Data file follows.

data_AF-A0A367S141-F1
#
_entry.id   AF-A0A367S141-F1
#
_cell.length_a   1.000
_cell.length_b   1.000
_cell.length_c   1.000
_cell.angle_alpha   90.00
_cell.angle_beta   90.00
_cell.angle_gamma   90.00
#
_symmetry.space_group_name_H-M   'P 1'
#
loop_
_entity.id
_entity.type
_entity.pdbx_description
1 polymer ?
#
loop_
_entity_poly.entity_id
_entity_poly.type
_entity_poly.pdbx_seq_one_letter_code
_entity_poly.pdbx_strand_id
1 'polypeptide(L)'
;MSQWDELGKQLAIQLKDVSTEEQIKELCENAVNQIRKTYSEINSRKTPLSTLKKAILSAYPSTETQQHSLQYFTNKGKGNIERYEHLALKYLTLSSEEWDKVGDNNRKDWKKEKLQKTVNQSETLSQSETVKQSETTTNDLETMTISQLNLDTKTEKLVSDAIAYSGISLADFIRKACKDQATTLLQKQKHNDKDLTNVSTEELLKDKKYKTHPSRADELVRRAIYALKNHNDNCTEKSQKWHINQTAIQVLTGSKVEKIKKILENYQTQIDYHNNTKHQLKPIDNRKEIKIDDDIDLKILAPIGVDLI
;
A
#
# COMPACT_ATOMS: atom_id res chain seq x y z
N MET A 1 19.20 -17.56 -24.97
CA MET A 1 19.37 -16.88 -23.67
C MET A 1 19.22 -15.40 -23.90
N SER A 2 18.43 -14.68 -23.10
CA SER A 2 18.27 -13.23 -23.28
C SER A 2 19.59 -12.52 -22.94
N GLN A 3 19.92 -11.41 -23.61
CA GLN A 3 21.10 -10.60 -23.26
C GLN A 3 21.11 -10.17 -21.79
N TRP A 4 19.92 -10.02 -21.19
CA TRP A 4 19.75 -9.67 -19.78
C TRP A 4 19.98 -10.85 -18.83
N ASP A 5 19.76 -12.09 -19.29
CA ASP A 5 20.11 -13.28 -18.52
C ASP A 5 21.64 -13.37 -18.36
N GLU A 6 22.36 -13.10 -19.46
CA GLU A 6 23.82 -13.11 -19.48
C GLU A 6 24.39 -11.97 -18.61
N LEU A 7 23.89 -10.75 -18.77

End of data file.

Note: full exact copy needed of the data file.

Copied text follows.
data_AF-A0A367S141-F1
#
_entry.id   AF-A0A367S141-F1
#
_cell.length_a   1.000
_cell.length_b   1.000
_cell.length_c   1.000
_cell.angle_alpha   90.00
_cell.angle_beta   90.00
_cell.angle_gamma   90.00
#
_symmetry.space_group_name_H-M   'P 1'
#
loop_
_entity.id
_entity.type
_entity.pdbx_description
1 polymer ?
#
loop_
_entity_poly.entity_id
_entity_poly.type
_entity_poly.pdbx_seq_one_letter_code
_entity_poly.pdbx_strand_id
1 'polypeptide(L)'
;MSQWDELGKQLAIQLKDVSTEEQIKELCENAVNQIRKTYSEINSRKTPLSTLKKAILSAYPSTETQQHSLQYFTNKGKGNIERYEHLALKYLTLSSEEWDKVGDNNRKDWKKEKLQKTVNQSETLSQSETVKQSETTTNDLETMTISQLNLDTKTEKLVSDAIAYSGISLADFIRKACKDQATTLLQKQKHNDKDLTNVSTEELLKDKKYKTHPSRADELVRRAIYALKNHNDNCTEKSQKWHINQTAIQVLTGSKVEKIKKILENYQTQIDYHNNTKHQLKPIDNRKEIKIDDDIDLKILAPIGVDLI
;
A
#
# COMPACT_ATOMS: atom_id res chain seq x y z
N MET A 1 19.20 -17.56 -24.97
CA MET A 1 19.37 -16.88 -23.67
C MET A 1 19.22 -15.40 -23.90
N SER A 2 18.43 -14.68 -23.10
CA SER A 2 18.27 -13.23 -23.28
C SER A 2 19.59 -12.52 -22.94
N GLN A 3 19.92 -11.41 -23.61
CA GLN A 3 21.10 -10.60 -23.26
C GLN A 3 21.11 -10.17 -21.79
N TRP A 4 19.92 -10.02 -21.19
CA TRP A 4 19.75 -9.67 -19.78
C TRP A 4 19.98 -10.85 -18.83
N ASP A 5 19.76 -12.09 -19.29
CA ASP A 5 20.11 -13.28 -18.52
C ASP A 5 21.64 -13.37 -18.36
N GLU A 6 22.36 -13.10 -19.46
CA GLU A 6 23.82 -13.11 -19.48
C GLU A 6 24.39 -11.97 -18.61
N LEU A 7 23.89 -10.75 -18.77